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@ Death with dignity

I would like to tell about the story of the TV drama I saw in New York as I promised in the last time blog. At that time I myself held a position of New York representative of a Japanese TV production company.

I remember the stage of the drama was in the time approximately between 1916 and 1917 because it was the time when America had decided to participate in the First World War. At the first time when I began to see the drama, I just watched at the TV thinking it as a usual melodrama without so much interest, hence my memory about the time is not certain.

A young man, in the end of his teens or the beginning of twenties, working in his dad's bakery, received a mobilization order and was ordered to go to the European front. In the previous night before his dispatch, he would spend a first but last night with his lover, they were pledged to marry in the future, in his house, a small apartment in which he lived together with his dad.
His dad, who met with them, warmly cheered them up saying "Do your best!" and drank on slowly in a pub outside.

@

The young man sent to the European front encountered with a direct shot of artillery in a trench and fainted away in an instant. The drama until this point was so cool that I was not satisfied with the story telling.

Grim realities the young man, who awoke from such long coma as nobody knew how long it took, should have realized were that he lost hands and feet, couldn't hear nor speak. What he was further shocked than such physically desperate situation "When, what day of what month of what year is it now?" It was not the question "Where on earth am I now?"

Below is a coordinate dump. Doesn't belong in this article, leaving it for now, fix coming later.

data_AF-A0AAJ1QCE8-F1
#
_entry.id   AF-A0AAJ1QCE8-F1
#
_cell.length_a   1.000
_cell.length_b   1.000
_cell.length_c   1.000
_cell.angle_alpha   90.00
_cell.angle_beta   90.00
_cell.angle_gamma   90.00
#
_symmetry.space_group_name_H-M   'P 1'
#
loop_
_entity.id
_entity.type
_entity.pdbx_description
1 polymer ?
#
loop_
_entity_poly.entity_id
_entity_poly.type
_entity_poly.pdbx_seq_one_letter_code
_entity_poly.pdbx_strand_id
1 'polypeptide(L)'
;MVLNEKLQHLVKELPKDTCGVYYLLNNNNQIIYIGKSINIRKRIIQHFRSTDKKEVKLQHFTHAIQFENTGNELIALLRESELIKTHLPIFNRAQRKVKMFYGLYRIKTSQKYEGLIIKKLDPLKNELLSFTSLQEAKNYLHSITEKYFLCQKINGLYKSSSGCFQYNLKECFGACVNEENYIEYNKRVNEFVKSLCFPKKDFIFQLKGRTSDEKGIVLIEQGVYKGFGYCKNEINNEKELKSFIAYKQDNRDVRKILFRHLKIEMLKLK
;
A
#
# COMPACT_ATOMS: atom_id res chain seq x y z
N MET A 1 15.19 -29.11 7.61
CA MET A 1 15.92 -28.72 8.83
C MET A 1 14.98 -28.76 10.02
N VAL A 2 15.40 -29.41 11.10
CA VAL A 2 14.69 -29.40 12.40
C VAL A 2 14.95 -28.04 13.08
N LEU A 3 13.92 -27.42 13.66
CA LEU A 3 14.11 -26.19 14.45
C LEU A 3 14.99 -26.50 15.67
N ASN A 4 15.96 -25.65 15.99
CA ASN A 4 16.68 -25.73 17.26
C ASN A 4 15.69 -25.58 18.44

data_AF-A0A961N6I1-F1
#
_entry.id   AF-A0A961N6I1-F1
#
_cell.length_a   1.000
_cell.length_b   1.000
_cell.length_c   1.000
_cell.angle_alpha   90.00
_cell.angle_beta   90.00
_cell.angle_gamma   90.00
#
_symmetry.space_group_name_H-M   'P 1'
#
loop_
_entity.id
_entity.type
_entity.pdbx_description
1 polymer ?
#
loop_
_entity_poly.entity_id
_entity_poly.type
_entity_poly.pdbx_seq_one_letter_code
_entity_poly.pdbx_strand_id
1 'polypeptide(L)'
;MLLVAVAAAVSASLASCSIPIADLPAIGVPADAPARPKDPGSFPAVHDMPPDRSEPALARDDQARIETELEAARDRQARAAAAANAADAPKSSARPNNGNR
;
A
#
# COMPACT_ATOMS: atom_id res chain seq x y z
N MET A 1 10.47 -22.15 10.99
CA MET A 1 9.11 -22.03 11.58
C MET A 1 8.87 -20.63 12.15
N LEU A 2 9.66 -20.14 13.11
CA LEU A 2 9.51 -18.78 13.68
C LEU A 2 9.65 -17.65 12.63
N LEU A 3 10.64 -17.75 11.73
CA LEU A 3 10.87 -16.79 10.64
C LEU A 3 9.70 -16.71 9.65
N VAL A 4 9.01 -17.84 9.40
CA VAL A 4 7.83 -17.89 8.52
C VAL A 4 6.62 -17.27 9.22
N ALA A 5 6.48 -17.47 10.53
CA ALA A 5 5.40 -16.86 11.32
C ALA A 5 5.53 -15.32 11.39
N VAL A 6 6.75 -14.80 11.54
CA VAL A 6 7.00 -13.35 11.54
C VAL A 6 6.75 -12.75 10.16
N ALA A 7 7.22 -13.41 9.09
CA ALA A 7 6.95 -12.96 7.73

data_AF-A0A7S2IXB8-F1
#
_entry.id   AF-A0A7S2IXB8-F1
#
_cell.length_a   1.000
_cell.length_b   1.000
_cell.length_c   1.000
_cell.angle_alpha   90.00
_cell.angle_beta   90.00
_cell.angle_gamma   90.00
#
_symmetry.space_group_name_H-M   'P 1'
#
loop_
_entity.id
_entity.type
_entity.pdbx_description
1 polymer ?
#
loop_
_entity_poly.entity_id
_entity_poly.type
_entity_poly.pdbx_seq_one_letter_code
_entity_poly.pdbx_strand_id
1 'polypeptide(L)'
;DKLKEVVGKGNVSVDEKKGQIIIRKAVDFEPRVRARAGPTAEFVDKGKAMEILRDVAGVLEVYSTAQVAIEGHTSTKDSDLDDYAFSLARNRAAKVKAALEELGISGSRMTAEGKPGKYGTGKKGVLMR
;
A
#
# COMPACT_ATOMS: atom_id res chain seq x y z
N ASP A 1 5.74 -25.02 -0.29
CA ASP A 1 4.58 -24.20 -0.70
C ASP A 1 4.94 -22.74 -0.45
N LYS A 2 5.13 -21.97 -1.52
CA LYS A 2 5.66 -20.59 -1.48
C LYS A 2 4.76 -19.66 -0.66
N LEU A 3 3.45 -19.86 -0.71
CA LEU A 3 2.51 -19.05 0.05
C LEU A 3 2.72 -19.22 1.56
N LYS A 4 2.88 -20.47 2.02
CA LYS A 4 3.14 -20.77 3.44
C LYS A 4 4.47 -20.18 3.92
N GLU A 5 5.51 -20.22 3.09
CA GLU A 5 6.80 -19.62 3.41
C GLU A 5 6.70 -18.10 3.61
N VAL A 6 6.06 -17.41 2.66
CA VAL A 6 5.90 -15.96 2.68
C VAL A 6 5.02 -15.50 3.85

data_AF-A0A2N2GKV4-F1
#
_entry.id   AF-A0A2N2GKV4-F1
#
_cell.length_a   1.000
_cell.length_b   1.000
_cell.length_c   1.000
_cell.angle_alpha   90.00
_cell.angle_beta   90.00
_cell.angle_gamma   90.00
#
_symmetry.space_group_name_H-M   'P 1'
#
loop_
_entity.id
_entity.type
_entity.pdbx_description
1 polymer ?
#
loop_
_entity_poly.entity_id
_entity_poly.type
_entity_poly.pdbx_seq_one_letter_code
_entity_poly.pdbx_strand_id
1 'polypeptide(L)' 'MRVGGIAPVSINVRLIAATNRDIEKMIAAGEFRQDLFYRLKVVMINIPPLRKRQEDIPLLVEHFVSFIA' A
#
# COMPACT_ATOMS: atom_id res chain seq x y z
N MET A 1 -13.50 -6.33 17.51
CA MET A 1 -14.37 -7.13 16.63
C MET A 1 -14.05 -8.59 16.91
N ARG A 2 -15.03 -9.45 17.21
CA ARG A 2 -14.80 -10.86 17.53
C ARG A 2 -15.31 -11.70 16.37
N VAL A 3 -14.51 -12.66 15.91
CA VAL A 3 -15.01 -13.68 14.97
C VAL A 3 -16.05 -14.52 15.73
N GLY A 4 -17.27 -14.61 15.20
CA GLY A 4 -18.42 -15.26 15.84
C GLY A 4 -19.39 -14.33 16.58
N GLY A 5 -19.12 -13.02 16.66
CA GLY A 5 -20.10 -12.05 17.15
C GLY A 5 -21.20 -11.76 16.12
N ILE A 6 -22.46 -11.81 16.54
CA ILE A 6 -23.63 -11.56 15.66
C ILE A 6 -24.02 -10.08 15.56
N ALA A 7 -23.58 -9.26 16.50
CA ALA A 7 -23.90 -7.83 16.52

What the young man, who lost all means for communicating with the external world, thought of, after long agony, was to send the 'Morse code' by using his neck only which he could move a little bit. However, German doctors, who observed the young man just as a 'living guinea pig', could understand his neck motion just as a kind of cramped symptoms.

The overall story itself was very simplified and showed a rather dense taste of Hollywood, anyhow that lover became a nurse after a lot of troubles, was dispatched to the hospital where the young man was detained, and succeeded in nursing him. Of course, she observed the young man's motions, I'm not sure whether this expression is appropriate or not, with the greatest care and could immediately understand his 'Morse code'.

His question was "When is it today, the month and the year?" She replied to the question by slowly writing "Today is Christmas of the year of 19xx" on the breast of the young man, her lover. I already forgot when the 19xx was, however my eyes, being easily moved to tears, were already in flood.

Their simple but warm dialogue by the 'Morse code' and the 'touching letters' continued, however she never told "she is the lover". What the young man keenly asked was no other than "I want to die", a bitter message, earnest or desperate or simple, from a person who was deprived of one's 'death'.

After sufferings, finally, she decided and practiced to take of his 'artificial device for life support', however doctors of the German army found it and put the device back, and she was changed the position, and the drama finished too soon.

After the drama, about for 2 hours, finished, I was filled with some strange anger and wandered about pubs in Manhattan until the morning, I still remember it vividly.

The attached illustration is the 'clay figure' in the ancient Japan which was believed to have a power that one's illness could be recovered by cutting off the same part as one's painful part.

i4/4/2006j
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